Asia is the largest growth area for installed capacity additions

Asia is the largest growth area for installed capacity additions

Douglas J. Smith

Managing Editor

Increasing demand for electric power in China, India, Japan and Southeast Asia makes Asia the biggest market for the construction of new power plant capacity. It is no coincidence that this year`s POWER-GEN Asia is being held for the first time in India and that each year we sponsor a conference in China. We not only sponsor these two conferences, but our editors are active in organizing the technical programs.

Since Power Engineering International was launched in February 1993, we have been actively involved in coverage of the Asian electric power industry editorially and through the sponsorship of many conferences. In addition, I personally visit Asia a minimum of four times per year. This year alone, I have spent more than 35 days in various Asian countries, visiting the decision-makers in the electric power industry. By the time you read this, I will have just returned from visiting electric utility executives and government leaders in Australia, Vietnam, the Philippines, Thailand, Malaysia, Indonesia and Singapore.

During my recent trip to China, I met with Mr. Tan Aixing–Department of International Cooperation director general for the People`s Republic of China`s Ministry of Electric Power–who said for the foreseeable future, 26 percent of the new power plants constructed in China will utilize foreign-supplied equipment. Mr. Tan also said for a trial period, regulations will allow 100-percent foreign ownership of build-own-operate projects. Just to keep pace with its economic growth, China must add 90,000 MW of new capacity by the year 2000.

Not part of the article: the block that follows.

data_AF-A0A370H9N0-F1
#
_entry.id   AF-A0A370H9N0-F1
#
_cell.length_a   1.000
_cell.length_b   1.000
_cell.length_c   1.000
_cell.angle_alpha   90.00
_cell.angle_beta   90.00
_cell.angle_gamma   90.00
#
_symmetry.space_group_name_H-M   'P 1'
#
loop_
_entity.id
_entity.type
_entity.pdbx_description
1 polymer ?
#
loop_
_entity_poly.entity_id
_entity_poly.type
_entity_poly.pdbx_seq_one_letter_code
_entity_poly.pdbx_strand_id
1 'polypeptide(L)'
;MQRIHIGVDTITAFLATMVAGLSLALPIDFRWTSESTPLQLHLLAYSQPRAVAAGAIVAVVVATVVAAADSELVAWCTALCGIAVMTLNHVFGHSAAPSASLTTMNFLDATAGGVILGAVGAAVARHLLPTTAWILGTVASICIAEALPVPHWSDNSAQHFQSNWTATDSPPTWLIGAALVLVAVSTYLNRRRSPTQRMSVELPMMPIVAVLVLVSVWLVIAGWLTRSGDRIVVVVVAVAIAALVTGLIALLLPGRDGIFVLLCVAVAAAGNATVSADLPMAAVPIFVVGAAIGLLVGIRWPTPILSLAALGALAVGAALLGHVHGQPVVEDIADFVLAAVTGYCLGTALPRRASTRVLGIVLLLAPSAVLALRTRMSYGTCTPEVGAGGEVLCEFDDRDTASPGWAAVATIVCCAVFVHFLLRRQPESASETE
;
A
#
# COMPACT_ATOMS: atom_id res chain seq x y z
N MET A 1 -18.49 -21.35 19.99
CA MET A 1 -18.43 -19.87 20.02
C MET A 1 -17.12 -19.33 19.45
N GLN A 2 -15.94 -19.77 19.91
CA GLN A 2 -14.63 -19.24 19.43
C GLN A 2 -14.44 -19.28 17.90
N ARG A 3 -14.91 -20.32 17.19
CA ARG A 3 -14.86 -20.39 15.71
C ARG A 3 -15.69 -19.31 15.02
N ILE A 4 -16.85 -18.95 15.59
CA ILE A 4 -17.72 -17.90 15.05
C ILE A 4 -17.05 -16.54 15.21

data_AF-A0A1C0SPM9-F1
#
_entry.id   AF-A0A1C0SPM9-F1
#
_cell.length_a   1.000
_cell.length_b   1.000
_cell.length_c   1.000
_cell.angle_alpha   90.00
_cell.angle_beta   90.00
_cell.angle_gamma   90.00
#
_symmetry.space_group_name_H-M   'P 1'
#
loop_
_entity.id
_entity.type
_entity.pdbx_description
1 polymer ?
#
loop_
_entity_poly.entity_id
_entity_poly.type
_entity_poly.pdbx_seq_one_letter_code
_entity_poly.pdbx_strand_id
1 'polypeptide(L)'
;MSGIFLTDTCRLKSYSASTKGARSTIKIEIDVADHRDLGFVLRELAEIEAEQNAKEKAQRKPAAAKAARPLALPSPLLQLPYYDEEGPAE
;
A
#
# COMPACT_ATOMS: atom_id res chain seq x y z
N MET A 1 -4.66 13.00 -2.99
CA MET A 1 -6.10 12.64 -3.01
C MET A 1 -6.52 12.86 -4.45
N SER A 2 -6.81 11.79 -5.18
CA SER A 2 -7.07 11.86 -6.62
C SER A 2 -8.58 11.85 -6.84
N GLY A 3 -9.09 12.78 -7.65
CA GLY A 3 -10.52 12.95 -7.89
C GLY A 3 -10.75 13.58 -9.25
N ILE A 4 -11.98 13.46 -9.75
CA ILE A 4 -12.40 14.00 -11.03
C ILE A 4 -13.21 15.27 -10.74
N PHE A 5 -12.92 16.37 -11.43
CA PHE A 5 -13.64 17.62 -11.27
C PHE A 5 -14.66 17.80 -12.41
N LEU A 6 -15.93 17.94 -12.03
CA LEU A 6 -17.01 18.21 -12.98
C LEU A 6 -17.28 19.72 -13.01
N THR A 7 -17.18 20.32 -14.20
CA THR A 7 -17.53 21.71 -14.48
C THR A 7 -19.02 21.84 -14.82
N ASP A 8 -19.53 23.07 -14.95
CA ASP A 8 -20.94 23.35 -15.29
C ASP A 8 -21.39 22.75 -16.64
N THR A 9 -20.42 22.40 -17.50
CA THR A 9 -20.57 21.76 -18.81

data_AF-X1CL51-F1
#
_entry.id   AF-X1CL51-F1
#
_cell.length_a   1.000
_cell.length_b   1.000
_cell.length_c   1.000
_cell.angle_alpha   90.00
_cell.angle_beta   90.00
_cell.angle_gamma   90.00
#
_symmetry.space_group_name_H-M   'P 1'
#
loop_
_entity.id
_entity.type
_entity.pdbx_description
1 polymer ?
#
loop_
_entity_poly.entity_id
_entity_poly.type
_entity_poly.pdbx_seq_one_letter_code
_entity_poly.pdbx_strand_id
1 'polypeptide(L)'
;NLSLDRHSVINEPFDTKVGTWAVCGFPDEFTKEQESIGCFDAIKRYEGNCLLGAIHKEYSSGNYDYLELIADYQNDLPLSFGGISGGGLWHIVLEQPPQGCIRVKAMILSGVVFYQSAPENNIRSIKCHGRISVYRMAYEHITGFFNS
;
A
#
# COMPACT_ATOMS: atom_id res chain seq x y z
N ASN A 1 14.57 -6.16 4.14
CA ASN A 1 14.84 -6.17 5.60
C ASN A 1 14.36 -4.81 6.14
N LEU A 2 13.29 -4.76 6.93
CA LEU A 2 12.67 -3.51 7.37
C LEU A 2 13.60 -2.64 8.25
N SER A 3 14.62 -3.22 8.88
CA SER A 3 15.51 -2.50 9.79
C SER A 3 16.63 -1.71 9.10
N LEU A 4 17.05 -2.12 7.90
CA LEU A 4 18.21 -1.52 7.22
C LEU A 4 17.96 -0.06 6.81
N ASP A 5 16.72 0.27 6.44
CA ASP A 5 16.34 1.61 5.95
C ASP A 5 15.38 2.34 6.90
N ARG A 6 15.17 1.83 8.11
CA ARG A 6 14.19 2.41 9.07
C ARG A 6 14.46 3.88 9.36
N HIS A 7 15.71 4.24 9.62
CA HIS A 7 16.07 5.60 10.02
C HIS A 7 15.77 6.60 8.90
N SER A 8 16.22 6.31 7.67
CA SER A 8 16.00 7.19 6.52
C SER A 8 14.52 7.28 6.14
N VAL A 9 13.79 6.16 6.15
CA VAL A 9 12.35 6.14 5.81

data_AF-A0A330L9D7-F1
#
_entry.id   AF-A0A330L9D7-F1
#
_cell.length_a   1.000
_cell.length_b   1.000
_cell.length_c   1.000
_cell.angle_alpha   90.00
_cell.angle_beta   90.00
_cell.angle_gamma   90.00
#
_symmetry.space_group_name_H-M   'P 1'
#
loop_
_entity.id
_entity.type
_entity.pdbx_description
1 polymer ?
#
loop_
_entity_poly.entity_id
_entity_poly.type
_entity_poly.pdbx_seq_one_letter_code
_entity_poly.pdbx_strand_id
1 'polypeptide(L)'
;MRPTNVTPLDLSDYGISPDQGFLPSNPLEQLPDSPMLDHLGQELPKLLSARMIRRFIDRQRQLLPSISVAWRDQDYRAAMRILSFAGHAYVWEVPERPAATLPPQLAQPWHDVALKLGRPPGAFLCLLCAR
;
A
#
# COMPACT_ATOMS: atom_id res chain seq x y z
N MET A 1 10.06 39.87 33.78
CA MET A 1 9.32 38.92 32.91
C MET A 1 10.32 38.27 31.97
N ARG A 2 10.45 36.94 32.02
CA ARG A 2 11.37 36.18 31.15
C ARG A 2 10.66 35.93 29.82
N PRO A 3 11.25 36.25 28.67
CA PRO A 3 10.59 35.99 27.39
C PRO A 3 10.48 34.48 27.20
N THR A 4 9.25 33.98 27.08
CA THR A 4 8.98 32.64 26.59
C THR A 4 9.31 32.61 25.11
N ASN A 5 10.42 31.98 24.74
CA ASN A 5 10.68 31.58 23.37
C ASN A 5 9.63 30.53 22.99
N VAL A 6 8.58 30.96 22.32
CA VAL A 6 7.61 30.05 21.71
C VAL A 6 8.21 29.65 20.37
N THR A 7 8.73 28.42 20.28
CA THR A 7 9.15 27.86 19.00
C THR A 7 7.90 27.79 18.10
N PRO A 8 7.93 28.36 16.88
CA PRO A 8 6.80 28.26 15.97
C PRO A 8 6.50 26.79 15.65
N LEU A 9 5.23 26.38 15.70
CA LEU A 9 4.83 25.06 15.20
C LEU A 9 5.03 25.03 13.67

As Enron very well knows, the Indian electric power market is politically risky; and with the recent elections not giving a mandate to any one political party, the future is uncertain. However, India is in the same position as China: It cannot supply all of the capital or equipment required for the anticipated 142,000 MW of new capacity which will be necessary over the next 10 years.

In the opinion of Vishvjeet Kanwarpal–a partner with Asia Consulting Group, New Delhi, India–only 95,000 MW of new capacity will be needed and not the 142,000 MW that is officially quoted. Mr. Kanwarpal said approximately 60 percent should be supplied by independent power producers.

Although the Asian electric power markets are tough, I believe Asia will be the number-one market for our advertisers for the foreseeable future. The market for new capacity is obviously in Asia; but if a company is to be successful, it must have an understanding of the countries it is doing business with, and it must be prepared–and committed–to stay in the race for the long term.

There will be winners and losers in Asia; but this magazine`s parent–PennWell Publishing Co.–is committed to the Asian market, and we intend to be one of the winners.

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